Book of Essays Explores the Importance of 'Player Control' in Games

March 12, 2013 -

Flagler College (St. Augustine, Florida) assistant professor of communication Matthew Wysocki helped make a new book about control in video games a reality. Besides co-authoring a chapter on the subject and writing the introduction in "Ctrl-Alt-Play: Essays on Control in Video Gaming," Wysocki edited the 16 essays that make of the body of the work. More importantly the book was basically his idea. The book came about because he saw that many of his colleagues were working on similar projects concerning video game control. After organizing a conference panel on the subject, Wysocki suggested that his colleagues write an essay to be part of a book on the topic.

"We put out a call for other people who felt they were doing similar work," he said. "After the panel, we realized a number of people were doing research that overlapped with the concept of control and what it meant for video games."

The book received almost 50 submissions, with 16 essays selected, all of which were edited by Wysocki . The essays tackle how control is very important in games such as Grand Theft Auto IV, Call of Duty: Black Ops, and Dragon Age: Origins and how each uses elements of control in their structures. The book points out that without player control there is no experience and explores the industry's focus on questions of control and ways to "improve play to make the gamer feel more connected to the virtual world."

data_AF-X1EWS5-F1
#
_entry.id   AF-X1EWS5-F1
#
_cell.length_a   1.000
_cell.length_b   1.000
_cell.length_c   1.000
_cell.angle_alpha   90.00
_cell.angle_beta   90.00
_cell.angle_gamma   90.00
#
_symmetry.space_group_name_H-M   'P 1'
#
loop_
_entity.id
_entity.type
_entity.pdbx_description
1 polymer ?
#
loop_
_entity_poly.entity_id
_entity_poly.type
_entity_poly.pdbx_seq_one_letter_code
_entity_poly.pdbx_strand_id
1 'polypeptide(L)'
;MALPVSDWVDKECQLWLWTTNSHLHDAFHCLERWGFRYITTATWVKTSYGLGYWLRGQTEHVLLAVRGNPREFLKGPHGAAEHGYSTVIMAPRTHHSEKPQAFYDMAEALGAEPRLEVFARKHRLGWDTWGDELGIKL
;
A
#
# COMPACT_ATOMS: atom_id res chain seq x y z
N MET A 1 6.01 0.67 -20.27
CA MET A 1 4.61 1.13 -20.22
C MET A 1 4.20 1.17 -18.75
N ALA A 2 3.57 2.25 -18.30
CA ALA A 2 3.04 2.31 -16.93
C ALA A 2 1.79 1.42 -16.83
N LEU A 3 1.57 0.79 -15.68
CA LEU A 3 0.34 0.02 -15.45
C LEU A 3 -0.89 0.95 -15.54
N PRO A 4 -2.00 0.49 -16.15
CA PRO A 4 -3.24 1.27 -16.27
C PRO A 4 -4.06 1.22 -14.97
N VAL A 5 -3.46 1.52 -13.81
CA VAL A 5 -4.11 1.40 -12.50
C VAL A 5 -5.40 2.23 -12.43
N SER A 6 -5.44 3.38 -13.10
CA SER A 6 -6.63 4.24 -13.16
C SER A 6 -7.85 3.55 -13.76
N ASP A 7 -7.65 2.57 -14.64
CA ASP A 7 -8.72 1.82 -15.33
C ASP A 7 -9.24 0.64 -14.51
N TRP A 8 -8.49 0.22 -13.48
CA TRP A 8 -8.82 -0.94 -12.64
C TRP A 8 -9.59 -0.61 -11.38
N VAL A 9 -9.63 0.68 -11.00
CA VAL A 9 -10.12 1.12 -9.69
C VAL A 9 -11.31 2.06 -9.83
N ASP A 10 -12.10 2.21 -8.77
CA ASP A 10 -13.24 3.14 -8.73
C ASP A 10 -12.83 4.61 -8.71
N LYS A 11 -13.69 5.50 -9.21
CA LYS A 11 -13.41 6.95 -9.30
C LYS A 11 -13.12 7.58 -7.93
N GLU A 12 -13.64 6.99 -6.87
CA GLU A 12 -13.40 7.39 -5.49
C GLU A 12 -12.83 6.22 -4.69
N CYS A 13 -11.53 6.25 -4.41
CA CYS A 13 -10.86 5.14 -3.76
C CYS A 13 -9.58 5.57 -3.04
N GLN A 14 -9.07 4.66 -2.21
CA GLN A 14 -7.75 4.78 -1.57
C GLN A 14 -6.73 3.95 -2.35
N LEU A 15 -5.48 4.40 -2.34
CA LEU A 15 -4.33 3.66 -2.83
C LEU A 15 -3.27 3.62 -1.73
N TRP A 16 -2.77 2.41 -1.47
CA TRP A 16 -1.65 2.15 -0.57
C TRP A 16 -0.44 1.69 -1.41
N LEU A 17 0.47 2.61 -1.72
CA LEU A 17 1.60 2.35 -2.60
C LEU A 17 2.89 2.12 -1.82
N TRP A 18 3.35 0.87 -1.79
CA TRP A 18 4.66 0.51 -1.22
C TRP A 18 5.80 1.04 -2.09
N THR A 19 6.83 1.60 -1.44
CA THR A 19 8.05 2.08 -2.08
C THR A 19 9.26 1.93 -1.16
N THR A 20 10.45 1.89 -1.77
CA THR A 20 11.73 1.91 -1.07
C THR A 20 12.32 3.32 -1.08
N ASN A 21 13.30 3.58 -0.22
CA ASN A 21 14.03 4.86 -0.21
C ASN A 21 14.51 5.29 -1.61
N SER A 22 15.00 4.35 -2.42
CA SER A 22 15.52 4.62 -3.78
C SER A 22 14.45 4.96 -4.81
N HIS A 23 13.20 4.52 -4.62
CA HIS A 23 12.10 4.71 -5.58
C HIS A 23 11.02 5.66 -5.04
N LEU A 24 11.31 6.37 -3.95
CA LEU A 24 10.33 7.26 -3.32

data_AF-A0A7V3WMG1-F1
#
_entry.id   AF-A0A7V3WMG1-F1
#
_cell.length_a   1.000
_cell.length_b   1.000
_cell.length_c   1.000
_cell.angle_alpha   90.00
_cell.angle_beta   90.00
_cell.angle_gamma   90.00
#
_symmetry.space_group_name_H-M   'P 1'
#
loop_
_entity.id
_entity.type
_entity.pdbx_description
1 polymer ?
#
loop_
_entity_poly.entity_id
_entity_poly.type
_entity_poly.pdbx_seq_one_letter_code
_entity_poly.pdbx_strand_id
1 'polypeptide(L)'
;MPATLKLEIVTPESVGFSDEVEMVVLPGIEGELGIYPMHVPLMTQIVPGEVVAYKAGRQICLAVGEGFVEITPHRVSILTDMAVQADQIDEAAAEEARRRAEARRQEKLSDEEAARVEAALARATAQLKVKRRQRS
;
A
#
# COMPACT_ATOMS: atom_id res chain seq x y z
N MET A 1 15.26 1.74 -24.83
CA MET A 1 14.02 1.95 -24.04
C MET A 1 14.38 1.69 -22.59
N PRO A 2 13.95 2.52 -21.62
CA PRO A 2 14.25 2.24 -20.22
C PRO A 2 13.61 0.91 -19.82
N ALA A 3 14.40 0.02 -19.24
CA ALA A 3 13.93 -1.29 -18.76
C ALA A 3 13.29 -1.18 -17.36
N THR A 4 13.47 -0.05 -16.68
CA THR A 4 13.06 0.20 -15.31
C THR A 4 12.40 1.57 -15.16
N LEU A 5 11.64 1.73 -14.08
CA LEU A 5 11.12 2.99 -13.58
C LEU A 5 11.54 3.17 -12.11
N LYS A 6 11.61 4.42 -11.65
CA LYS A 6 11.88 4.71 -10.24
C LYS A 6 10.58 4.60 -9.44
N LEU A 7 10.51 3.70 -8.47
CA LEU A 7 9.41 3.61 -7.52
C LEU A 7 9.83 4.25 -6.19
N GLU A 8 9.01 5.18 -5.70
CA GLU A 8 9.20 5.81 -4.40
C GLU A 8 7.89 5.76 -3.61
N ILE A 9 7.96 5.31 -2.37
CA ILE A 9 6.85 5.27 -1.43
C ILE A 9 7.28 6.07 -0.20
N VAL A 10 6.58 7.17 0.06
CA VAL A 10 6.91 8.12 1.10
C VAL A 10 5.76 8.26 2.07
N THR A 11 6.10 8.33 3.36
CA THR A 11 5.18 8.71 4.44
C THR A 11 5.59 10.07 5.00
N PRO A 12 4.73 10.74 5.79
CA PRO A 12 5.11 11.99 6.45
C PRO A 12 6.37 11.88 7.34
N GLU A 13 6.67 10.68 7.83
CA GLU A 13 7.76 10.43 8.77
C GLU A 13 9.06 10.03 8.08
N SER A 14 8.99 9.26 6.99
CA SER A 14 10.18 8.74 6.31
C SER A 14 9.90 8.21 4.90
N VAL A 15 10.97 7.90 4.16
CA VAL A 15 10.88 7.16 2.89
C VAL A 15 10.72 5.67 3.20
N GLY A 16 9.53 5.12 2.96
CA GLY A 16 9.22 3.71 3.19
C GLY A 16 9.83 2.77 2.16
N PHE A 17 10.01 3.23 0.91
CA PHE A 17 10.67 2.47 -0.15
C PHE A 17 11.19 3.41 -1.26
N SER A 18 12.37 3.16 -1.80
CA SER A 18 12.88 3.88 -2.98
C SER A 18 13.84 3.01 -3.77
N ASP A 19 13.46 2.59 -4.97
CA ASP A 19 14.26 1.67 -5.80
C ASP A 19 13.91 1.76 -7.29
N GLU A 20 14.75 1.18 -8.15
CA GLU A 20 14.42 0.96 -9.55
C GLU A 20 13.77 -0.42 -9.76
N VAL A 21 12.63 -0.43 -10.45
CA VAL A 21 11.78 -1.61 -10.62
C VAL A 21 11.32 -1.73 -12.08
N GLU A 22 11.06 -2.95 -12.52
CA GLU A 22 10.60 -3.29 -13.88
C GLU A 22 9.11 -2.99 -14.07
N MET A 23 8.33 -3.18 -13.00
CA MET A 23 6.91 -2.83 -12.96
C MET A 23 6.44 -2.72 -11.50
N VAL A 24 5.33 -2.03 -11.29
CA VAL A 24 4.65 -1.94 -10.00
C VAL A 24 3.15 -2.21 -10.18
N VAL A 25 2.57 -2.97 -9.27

"Control is such a central issue with games," he said. "They are the media that require interactivity on a level that no other mass media does."

You can purchase the book, which was released on February 15, online at www.mcfarlandpub.com for $35. You can also find it on Amazon with a Kindle version available for $9.


 
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